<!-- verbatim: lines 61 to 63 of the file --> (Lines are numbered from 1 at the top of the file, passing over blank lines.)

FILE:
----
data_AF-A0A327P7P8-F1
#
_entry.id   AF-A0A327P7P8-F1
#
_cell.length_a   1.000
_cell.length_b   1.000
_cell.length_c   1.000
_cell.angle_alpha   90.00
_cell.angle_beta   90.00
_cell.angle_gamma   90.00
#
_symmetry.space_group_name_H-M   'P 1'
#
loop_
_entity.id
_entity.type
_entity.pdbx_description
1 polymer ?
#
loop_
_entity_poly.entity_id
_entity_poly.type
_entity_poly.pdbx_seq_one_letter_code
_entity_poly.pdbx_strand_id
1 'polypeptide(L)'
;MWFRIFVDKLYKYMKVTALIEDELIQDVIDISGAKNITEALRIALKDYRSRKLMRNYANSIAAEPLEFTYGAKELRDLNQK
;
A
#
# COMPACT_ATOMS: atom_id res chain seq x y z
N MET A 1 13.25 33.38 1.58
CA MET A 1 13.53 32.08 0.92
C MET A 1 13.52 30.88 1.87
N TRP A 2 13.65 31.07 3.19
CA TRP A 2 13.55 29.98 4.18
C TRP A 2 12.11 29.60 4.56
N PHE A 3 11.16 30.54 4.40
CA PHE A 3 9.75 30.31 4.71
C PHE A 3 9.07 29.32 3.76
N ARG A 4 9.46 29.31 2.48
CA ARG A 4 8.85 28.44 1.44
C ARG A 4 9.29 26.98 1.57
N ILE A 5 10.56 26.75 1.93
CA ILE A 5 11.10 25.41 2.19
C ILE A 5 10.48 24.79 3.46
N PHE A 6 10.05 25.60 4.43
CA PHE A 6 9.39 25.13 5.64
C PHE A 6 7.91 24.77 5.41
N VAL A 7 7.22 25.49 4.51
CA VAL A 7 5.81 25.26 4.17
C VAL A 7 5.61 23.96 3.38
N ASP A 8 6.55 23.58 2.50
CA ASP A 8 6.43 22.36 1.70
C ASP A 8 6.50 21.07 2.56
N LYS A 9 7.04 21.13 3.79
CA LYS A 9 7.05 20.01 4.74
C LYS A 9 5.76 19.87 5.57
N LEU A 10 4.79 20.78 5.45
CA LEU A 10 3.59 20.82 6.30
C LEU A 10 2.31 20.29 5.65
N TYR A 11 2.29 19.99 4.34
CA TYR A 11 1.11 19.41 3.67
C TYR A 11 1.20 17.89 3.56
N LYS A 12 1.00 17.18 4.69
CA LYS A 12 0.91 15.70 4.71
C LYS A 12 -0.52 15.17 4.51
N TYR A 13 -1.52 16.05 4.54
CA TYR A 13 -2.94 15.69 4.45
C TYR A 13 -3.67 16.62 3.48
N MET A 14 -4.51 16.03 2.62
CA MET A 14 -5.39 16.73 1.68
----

N TYR A 11 2.29 19.99 4.34
CA TYR A 11 1.11 19.41 3.67
C TYR A 11 1.20 17.89 3.56